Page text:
The Brain - is wider than the Sky-
For - put them side by side-
The one the other will contain
With ease - and You- beside-
The Brain is deeper than the sea-
For - hold them - Blue to Blue -
The one the other will absorb -
As Sponges - Buckets - do -
The Brain is just the weight of God -
For - Heft them - Pound for Pound -
And they will differ - if they do -
As Syllable from Sound-
This poem makes a number of interesting comparisons, which are quite intelligible, if unusual. The image of the brain compared to the sky, and how easily the brain can contain something such as the sky (or at least the concept of it) and all within the world. It's a great mental comparison as well, as the image forces one to imagine the finite space of a brain versus the seemingly infinite space of the sky. In doing that, you've essentially proven the truth of that first comparison. You can fathom the seemingly unfathomable on a level that is understandable, even if without experience.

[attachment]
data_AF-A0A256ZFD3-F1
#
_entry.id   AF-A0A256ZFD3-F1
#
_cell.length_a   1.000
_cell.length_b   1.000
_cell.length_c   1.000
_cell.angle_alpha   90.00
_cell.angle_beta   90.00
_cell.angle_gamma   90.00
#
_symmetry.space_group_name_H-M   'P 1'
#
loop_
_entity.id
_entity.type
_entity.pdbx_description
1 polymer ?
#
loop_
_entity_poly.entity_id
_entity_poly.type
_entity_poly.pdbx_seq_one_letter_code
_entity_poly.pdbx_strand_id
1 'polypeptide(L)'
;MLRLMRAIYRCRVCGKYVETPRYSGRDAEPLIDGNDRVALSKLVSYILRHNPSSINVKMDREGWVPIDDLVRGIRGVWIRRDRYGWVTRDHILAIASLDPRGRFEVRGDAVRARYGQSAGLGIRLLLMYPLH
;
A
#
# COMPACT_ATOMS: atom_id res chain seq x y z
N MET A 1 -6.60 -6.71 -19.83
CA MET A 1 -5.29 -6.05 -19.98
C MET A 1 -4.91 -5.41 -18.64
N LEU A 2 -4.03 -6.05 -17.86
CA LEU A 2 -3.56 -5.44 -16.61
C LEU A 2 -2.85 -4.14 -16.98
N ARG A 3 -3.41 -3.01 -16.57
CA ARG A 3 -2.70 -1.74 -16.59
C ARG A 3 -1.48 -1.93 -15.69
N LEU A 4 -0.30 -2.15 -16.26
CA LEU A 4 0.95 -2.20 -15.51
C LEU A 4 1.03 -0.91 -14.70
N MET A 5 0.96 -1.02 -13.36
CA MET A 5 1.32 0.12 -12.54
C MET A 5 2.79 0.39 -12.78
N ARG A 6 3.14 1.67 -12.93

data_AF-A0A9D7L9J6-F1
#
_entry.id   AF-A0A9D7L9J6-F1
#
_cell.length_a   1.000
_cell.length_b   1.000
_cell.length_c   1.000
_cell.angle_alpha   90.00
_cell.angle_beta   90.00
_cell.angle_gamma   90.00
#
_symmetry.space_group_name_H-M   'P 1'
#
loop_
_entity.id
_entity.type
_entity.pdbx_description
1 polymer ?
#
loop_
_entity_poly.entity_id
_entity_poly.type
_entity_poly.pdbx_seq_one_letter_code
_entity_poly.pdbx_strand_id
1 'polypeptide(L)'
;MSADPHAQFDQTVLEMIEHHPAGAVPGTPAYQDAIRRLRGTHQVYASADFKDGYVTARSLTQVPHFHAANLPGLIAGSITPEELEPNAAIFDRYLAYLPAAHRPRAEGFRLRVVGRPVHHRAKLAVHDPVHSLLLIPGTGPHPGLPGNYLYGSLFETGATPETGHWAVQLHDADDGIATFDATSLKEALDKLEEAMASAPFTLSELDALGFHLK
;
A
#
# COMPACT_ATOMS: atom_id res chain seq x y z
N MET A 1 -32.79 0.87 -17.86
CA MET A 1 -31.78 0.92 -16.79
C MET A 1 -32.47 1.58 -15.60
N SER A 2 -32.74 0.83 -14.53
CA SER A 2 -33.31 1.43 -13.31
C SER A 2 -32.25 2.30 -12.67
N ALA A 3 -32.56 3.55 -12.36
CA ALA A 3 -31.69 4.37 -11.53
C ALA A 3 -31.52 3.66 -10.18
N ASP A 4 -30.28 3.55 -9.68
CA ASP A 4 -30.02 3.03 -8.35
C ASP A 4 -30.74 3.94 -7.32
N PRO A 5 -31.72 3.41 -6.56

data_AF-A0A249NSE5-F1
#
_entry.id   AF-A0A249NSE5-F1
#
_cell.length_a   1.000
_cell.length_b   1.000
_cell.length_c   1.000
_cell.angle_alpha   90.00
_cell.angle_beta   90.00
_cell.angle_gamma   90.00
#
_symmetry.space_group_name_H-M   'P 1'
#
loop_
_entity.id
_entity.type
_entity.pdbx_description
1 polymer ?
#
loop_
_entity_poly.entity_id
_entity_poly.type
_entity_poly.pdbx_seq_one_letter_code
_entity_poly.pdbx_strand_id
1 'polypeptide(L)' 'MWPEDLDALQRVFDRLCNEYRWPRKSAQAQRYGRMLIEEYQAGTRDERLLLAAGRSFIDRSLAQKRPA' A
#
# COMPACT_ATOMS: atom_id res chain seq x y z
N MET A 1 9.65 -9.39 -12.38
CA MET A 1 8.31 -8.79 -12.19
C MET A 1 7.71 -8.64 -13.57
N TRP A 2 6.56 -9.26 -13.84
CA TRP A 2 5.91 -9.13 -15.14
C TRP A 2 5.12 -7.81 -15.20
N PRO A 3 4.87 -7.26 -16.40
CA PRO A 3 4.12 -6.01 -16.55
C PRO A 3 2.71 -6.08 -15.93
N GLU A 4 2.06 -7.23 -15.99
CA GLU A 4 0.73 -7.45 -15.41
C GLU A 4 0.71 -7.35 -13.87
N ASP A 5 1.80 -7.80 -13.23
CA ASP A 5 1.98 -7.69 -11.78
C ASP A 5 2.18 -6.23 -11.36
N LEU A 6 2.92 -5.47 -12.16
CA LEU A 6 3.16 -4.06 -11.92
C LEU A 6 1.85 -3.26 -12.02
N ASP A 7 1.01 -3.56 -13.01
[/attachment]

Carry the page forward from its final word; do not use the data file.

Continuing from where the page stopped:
Taking the concept of something understandable yet unfathomable, Dickinson applies that same thought to God. Her assertion is that your the sky is to your brain as your brain is to God. That is to say, you can contain the infinite sky in your head, just as easily as God contains all of infinity in Him. The simile, "As Syllable from Sound" is a great example. Looking at a syllable, one knows how it is pronounced. But the sound itself cannot be contained wholly within the syllable. They are so closely related, but the difference is in tangibility. We can contain and bind a syllable, but not a Sound. So too, Dickinson asserts, is God. It's a lovely and thought provoking image, and applies to human life in general, whether one believes in God or not.
Does the comparison speak to you in any way, or is Dickinson just repeating what people have always intuitively understood? Let me know.
As an added bonus, if you sing nearly any Emily Dickinson poem to the tune of the "Gilligan's Island" theme song, it works perfectly.